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Draconian Chinese crackdown puts domain industry at risk

Kevin Murphy, May 27, 2015, 13:06:19 (UTC), Domain Policy

The vast majority of top-level domain registries could soon be banned from selling domains into China due to a reported crackdown under a decade-old law.
That’s according to Allegravita, a company that helps registries with their go-to-market strategies in the country.
Allegravita released a report last week claiming that Chinese registrars will be forbidden to sell domains in TLDs that are not on a government-approved list.
The crackdown could come as early as July, the report says:

Foreign registries which have not applied for Chinese market approval are advised to do so in the near term, as unapproved Top-Level Domains are likely to be taken off the market from July this year.

As of April 30, there were only only 14 TLDs on the approved list. All of them are run by Chinese registries and only five do not use Chinese script.
Not on the list: every legacy gTLD, including .com, as well as every ccTLD apart from .cn.
The Draconian move is actually the implementation of regulations introduced by China’s Ministry of Industry and Information Technology over a decade ago but not really enforced since.
As I reported in December, Donuts was facing problems launching its Chinese-script gTLDs due to this red tape.
MIIT announced in 2012 that new gTLD applicants would need licenses to sell into China.
According to Allegrevita, which until recently was working heavily with TLD Registry (“.chinesewebsite”) on its entry into the country, it’s “no longer ambiguous” that MIIT has asserted full oversight of the domain industry in China.
MIIT’s crackdown appears to be focused on the 93 Chinese registrars it has approved to do business.
Allegravita says these companies will not be allowed to sell unapproved TLD domains to Chinese registrants, but that existing registrations will be grandfathered:

by sometime in July 2015, the MIIT will not permit unapproved registries to operate or offer their domains for sale in China. The MIIT will not interfere with existing domain registrations for unapproved registries; however, new registrations will not be permitted to be sold by Chinese registrars to Chinese registrants.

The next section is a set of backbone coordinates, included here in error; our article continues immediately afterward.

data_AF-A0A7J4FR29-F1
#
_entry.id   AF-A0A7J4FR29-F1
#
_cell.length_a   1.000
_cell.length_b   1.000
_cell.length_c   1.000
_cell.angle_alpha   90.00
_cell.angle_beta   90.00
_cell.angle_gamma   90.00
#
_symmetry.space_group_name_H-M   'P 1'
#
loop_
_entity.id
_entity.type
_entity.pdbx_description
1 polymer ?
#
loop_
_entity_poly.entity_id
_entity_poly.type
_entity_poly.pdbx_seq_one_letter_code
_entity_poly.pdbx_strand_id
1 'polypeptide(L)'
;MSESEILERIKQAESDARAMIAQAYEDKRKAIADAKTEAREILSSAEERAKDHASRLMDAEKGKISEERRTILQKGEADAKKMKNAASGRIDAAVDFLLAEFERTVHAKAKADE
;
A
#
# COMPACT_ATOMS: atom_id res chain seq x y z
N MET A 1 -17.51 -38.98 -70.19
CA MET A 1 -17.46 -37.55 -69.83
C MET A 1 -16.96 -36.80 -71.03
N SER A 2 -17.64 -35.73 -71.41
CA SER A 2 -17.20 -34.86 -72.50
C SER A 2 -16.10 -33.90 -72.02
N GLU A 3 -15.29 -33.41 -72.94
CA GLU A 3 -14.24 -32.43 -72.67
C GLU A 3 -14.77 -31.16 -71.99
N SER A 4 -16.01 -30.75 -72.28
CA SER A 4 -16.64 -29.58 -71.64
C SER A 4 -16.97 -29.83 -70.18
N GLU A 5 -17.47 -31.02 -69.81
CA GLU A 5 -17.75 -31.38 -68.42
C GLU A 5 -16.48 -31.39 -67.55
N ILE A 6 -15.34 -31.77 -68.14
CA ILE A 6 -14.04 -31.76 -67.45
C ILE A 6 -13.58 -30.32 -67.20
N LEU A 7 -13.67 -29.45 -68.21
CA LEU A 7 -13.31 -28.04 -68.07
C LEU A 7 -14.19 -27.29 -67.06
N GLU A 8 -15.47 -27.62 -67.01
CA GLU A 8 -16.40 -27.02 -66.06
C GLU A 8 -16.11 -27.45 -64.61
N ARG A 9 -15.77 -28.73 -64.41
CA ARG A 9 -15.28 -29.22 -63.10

Presumably, non-Chinese registrars will reap the benefits of this as Chinese would-be registrants look elsewhere to buy their domains.
China is an important market for many registries, particularly the low-cost ones.
Judging by MIIT’s web site, getting approval to sell your TLD in China involves a fairly stringent set of requirements, including having a local presence.
MIIT said in a press release last month that the “special action” is designed “to promote the healthy development of the Internet, to protect China’s Internet domain name system safe and reliable operation

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Comments (6)

  1. Hi Kevin, thanks for covering this issue. As a China-focused consultancy, we’re always eager to see a more transparent coverage of the unique challenges and opportunities for domains in China.
    A couple of further clarifications since our report, from the last week of daily meetings with our contacts in China:
    As far as real name verification is concerned, so long as the [Chinese mainland] registrant has successfully passed real name verification (RNV) for the domain in it’s first year of registration or renewal under the new regulations, subsequent renewals will not require RNV, so long as the registrant isn’t changed.